What is a Macchiato? It’s Probably Not What You Think

Order a macchiato, and you may be in for a surprise. 

Everyone seems to have a different take on how to make this drink. And one cafe’s version can be the literal opposite of what you’d get in another cafe across the street. 

Whenever somebody orders a macchiato at my barista station, I always take time to get on the same page before I make the drink. 

Are you looking for something small? Foamy? Sweet? 

With so many variations, you might wonder if there is even such thing as a “true” macchiato.

In this article, I’ll break it down for you. We’ll cover the original macchiato drink, popular spin-offs, and why coffee lovers have difficulty getting on the same page.

What is a Macchiato?

When somebody says “macchiato,” what do they mean?

Traditional Macchiato

A classic macchiato is a fairly straightforward, tiny drink. It’s made with a double espresso “marked” with a small stain of steamed milk or foam. 

This traditional version originated in Italy, where the word “macchiato” literally means “to mark.”

The traditional macchiato is intended for espresso lovers who want a dash of milk to soften the reception of espresso. Served on a small saucer with a spoon, the macchiato is the perfect after-meal drink.


Most specialty cafes will serve traditional macchiatos in a “wet” style. This means the barista will mark the espresso with lightly aerated milk rather than a big scoop of dry foam. It all depends on the barista’s or cafe’s preference. 

Latte Macchiato

The latte macchiato is an inverse of the traditional. In this case, the espresso marks the milk instead of the other way around. Since espresso has a higher density than milk, it leaves a mark on the top of the drink before sinking below most of the milk.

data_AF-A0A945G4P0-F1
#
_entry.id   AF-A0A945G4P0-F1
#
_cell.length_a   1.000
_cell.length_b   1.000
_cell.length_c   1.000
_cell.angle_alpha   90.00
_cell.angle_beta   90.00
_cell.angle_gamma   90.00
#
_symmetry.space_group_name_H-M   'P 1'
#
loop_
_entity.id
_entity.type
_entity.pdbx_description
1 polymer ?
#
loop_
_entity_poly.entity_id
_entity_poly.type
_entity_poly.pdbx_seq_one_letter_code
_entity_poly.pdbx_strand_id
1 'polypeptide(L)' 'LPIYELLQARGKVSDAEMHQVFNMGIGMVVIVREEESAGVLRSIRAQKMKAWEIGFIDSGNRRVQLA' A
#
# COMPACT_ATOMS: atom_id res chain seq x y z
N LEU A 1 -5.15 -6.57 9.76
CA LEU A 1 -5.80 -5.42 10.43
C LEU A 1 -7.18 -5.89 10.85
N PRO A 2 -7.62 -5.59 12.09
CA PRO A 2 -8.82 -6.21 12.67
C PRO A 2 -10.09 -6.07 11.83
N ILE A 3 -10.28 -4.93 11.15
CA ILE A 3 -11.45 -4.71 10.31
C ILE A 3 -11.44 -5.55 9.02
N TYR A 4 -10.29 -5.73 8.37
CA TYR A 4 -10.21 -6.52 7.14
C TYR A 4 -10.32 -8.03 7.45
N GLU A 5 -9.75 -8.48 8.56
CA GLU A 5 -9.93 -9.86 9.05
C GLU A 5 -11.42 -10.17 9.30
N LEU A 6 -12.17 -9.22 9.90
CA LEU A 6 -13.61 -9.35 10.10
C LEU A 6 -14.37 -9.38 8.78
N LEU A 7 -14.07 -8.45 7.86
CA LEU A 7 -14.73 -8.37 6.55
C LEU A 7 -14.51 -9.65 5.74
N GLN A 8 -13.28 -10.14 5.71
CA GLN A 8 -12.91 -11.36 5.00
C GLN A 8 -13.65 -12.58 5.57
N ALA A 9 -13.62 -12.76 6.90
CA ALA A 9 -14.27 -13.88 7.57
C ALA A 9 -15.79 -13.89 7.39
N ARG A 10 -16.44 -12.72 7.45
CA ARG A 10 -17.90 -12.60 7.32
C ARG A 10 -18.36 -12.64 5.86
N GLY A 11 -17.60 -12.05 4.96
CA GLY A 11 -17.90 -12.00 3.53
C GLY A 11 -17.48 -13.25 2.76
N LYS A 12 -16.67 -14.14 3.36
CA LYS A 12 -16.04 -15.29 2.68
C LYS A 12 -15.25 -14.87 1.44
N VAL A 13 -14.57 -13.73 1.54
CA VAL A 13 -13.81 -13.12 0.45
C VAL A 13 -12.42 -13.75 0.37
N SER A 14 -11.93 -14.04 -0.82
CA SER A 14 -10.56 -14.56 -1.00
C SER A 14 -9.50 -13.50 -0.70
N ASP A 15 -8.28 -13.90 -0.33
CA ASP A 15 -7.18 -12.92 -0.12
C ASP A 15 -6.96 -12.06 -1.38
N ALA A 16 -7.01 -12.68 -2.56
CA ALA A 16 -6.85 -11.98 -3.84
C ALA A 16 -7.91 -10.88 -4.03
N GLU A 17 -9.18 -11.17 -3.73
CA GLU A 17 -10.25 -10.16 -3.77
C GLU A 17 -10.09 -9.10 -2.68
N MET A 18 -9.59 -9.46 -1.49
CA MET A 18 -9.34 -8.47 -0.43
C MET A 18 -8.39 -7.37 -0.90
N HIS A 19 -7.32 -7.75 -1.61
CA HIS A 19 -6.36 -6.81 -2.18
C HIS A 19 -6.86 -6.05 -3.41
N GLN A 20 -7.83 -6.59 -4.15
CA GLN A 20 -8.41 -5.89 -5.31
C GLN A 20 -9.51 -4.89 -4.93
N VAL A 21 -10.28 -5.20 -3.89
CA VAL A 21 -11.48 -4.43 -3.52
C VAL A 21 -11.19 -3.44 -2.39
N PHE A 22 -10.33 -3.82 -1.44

If you want a latte macchiato from your favorite specialty cafe, consider asking them for a regular latte. Or kindly explain you want your espresso shot added after your milk.

Americans are not known for their love of strong coffee. (See: history of the Americano.) The popularity of the latte macchiato in the States may be, in part, credited to our love of milky drinks and creative presentation. 

Regardless of your milk preferences, I would give this one a gentle stir before drinking. This way, the espresso is better combined with the milk for a more balanced drinking experience.

Caramel Macchiato

A caramel macchiato is an excellent drink for people who like sweet, dessert-y coffee drinks. This version is like the double inversion of the traditional macchiato.

Since Starbucks’ employee (Hannah Su) invented it to celebrate the company’s 25th anniversary, the coffee world has never been the same.

Like the latte-macchiato, espresso also “marks” 12+ ounces of milk. But in this case, it’s all iced and sweetened with caramel-flavored syrup or caramel sauce.

Caramel Macchiato

While the presentation is eye-catching (dark espresso on top and creamy white milk at the bottom), my instinct is to immediately stir the drink. I don’t want to drink 8 ounces of sweetened milk, waiting for the flavor of the coffee to arrive until the very end.

This drink is a Starbucks staple. Even if you can’t find caramel on your favorite cafe’s menu, most baristas are familiar enough with this drink to offer you a tasty equivalent. An iced vanilla latte is a close comp.

The caramel macchiato is tasty with any kind of milk or milk alternative, from cow to coconut. If you like lattes and sweetness, you’ll enjoy the caramel macchiato.